Cheese is not a very popular food here in Kenya, and its partly because it is a relatively foreign concept. Over the years, local cheese production has increased, and the item is available in supermarkets alongside imports from Europe and elsewhere around the world.
By definition, cheese is a food derived from milk. It is produced in a wide range of flavours, textures, and forms by coagulation of the milk protein and fat from milk, usually of cows, goats, buffalo and sheep. During production, the milk is usually acidified, and adding the enzyme, rennet, causing the coagulation. The solids are then separated and pressed into final form.
Cheese is valued for its portability, long life, and high content of fat, protein, calcium and phosphorus. Cheese is more compact and has a longer shelf life than milk, although how long a cheese will keep may depend on the type.
Labels on packets of cheese often claim that a cheese should be consumed within three to five days of opening. Generally speaking, hard cheeses last longer than soft cheeses, such as brie or goat’s milk cheese.
CHEESE TYPES COMMON IN KENYA
Fresh Chees: These are rarely or barely aged, have no rind, and are typically moist and mild, the exception being feta and fresh goat cheese, which are tart and tangy. Examples include marscapone, ricotta, mozzarella, creme fraîche.
Soft-Ripened: A cheese that is soft-ripened has mould added to the milk or sprayed over the wheel of cheese. This mold creates the rind and also helps the cheese ripen from the outside in. Examples include, camembert and brie.
Natural Rind Cheese: During the ripening process, natural rind cheeses are mostly left alone to create their own rind. This happens simply by letting air slowly harden the outer layer of the cheese. Examples include, gouda, cheddar and Edam.
Blue Cheese: It’s easy to identify, due to the bluish-green veins running through it. The unique look of blue cheese and bold flavour comes from a specific type of mold added during the cheese-making process.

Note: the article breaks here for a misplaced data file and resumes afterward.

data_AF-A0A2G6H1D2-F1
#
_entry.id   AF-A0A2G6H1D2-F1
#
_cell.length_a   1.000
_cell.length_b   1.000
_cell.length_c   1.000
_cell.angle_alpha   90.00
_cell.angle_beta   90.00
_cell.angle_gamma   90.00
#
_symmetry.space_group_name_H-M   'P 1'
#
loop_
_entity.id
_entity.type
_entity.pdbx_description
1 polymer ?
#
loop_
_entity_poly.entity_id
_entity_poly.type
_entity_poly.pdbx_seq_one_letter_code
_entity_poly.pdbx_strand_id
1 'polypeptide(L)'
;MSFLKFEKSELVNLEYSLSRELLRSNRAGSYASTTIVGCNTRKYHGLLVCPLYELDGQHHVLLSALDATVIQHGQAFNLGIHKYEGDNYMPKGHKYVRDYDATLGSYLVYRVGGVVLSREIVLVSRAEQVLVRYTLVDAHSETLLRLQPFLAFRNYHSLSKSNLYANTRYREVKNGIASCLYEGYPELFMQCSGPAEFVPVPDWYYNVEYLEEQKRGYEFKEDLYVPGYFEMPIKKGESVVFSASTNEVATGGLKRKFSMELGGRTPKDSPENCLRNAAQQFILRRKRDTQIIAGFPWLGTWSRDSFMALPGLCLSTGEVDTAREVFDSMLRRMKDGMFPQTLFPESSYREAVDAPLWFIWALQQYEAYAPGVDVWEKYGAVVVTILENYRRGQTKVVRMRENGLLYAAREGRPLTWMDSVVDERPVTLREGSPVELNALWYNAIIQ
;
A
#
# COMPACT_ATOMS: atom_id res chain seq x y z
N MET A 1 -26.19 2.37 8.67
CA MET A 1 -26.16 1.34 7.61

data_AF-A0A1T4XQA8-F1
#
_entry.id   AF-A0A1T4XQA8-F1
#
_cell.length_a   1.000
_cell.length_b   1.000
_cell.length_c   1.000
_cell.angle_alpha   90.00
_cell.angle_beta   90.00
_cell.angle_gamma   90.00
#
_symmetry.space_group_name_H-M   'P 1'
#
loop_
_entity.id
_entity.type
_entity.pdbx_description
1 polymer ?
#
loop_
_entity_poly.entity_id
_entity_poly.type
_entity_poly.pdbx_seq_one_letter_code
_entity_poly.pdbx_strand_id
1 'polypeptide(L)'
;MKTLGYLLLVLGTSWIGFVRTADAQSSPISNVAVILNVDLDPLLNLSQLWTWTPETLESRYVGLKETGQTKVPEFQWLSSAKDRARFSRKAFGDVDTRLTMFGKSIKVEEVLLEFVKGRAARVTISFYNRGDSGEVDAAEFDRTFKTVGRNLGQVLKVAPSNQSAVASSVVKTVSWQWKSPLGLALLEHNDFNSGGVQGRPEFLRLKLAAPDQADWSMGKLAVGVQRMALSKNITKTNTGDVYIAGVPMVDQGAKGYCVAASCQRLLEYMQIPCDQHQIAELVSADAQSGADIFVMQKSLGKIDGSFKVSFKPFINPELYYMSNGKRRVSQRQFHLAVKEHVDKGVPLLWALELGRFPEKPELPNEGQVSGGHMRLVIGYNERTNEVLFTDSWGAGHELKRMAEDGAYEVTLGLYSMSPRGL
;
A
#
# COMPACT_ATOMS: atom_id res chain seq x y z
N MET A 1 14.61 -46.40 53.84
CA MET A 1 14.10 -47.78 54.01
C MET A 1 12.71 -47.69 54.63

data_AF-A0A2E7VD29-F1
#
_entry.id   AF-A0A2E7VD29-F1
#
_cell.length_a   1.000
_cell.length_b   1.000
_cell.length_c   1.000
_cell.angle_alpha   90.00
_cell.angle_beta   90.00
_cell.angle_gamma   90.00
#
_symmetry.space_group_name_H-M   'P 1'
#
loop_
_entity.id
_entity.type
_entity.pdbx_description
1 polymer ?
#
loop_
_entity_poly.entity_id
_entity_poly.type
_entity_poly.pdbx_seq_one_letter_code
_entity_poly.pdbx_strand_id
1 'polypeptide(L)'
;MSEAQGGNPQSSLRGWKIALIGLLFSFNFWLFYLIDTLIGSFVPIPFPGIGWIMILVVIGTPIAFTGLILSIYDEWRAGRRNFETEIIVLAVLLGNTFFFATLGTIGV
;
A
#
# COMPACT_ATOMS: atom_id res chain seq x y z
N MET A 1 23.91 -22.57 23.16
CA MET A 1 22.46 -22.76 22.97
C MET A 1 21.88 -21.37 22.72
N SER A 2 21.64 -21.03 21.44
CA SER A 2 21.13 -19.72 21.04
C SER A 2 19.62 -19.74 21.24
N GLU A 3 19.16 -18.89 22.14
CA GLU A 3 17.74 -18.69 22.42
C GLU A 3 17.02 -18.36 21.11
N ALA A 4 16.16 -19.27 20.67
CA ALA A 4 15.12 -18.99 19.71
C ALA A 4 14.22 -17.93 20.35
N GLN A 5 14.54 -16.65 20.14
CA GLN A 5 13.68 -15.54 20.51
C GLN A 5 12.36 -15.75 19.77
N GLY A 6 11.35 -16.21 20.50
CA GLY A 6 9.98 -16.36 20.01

Processed Cheese: The whole point of processed cheese is to mass produce the product with a predictable (some might say bland) flavour using inexpensive ingredients. Most types of cheese sold in supermarkets are processed.
Some types of cheese are made in large quantities in factories, but the cheese makers are using high-quality ingredients. They rely mostly on milk, starter cultures and rennet, just like artisanal small-batch cheese makers do. The real indicator of processed cheese is what it’s made out of. Check the ingredient label for hydrogenated oils, additives, preservatives and artificial flavors.
When it comes to consumption, it is widely advised that cheeses be allowed to warm up to room temperature before eating for improvement in flavour and texture. At refrigerator temperatures, the fat in a piece of cheese is as hard as unsoftened butter and its protein structure is stiff as well. Flavour and odour compounds are less easily liberated when cold.
Feta, Cucumber, Avocado and Tomato Salad Recipe:
This salad is a nice change from lettuce salad as the fresh flavours are perfect on a hot afternoon. You can also drizzle a little olive oil on the salad if you like, but with the addition of Feta, you don’t really need it.
Experiment with other cheeses besides Feta. Goat cheese and blue cheese might also work well.
This recipe serves two but should you need more, simply add more of the vegetables to feed more.
- 1 avocado, sliced
- 1 tomato, cut into 8 wedges
- 1 cucumber, cut into chunky rounds
- 1/2 packet Feta Cheese, crumbled
Toss sliced vegetables in a bowl. Add cheese. Salt and Pepper to taste. Serve chilled.